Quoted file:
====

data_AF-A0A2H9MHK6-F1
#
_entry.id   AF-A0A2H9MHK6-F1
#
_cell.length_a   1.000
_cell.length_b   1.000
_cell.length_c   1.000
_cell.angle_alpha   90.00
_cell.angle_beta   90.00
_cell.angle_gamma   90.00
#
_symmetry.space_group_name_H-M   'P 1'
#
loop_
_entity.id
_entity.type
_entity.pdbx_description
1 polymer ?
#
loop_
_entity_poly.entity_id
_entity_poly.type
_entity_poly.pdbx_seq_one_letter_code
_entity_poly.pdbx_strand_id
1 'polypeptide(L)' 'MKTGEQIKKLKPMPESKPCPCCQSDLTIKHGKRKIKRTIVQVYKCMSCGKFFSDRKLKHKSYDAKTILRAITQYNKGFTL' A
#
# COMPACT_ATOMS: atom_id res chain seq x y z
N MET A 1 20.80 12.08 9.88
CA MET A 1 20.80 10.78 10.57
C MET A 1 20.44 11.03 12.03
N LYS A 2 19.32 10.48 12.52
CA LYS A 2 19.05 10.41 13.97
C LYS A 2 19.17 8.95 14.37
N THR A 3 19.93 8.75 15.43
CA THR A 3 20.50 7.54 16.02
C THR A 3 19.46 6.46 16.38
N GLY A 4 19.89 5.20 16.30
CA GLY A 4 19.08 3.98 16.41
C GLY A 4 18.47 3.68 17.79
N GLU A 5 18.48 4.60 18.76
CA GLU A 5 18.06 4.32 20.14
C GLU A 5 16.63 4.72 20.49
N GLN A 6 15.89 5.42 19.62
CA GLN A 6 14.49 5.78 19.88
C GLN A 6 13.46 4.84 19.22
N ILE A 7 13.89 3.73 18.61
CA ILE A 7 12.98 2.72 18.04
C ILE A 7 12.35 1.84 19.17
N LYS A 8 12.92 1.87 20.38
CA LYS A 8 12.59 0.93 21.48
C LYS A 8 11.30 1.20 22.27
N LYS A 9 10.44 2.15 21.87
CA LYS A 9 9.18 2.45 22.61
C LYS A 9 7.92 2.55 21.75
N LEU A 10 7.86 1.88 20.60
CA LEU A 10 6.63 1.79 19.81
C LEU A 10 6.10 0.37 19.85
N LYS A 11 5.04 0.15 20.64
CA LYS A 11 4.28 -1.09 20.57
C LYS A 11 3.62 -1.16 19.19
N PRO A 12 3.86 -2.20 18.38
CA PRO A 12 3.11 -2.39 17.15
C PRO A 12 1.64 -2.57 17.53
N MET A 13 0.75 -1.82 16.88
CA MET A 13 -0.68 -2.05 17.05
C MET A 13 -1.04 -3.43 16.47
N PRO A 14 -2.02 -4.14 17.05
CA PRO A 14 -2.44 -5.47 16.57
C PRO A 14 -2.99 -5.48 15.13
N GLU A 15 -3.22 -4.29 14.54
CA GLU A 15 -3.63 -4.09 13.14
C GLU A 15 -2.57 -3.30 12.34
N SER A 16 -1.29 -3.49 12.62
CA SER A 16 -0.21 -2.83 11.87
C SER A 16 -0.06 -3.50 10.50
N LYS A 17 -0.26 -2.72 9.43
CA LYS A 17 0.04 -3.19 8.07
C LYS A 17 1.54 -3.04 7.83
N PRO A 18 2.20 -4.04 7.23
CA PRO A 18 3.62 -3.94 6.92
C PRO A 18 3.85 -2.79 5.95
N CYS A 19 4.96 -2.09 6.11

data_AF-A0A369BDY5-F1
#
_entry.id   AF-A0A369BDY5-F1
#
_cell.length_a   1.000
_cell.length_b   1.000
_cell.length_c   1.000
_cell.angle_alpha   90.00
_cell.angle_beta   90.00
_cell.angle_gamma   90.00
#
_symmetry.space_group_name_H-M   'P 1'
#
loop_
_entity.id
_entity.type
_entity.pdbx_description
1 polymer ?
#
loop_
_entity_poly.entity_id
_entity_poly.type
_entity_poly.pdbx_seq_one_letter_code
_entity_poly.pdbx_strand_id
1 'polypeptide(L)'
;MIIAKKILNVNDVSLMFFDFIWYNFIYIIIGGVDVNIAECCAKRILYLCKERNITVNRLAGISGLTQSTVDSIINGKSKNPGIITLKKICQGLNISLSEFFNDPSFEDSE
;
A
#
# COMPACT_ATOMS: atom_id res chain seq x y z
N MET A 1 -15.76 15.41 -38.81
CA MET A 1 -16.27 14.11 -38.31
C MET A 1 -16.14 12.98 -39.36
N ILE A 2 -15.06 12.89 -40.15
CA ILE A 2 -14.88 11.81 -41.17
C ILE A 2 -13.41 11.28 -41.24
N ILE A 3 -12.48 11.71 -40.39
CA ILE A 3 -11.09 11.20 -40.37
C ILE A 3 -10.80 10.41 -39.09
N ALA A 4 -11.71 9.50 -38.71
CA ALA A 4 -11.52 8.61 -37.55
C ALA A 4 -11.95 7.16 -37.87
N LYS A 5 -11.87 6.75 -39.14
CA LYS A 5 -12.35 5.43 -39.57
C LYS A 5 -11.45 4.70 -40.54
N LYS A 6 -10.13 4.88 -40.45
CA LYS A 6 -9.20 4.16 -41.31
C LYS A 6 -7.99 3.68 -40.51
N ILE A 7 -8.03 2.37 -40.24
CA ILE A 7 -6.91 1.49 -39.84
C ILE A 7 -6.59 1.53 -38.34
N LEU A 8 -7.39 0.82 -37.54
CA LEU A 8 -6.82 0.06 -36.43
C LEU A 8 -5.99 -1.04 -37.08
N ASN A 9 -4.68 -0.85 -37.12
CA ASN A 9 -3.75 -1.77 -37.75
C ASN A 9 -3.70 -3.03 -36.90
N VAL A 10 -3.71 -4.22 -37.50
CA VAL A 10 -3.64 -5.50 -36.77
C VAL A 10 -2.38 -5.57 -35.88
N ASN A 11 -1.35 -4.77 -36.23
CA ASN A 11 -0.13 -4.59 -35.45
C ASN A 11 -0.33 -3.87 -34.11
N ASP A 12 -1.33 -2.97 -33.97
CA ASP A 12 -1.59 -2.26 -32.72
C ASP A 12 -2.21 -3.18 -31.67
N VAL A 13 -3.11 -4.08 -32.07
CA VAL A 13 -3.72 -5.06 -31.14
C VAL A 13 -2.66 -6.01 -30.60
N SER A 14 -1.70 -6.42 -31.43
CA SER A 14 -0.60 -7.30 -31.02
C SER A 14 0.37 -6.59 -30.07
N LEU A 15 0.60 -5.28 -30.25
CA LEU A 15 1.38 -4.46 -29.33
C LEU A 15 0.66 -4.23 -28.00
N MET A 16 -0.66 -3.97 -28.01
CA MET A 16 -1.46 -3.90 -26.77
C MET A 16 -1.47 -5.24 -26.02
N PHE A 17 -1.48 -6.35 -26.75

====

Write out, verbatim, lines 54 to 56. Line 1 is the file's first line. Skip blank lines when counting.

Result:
C LYS A 9 7.92 2.55 21.75
N LEU A 10 7.86 1.88 20.60
CA LEU A 10 6.63 1.79 19.81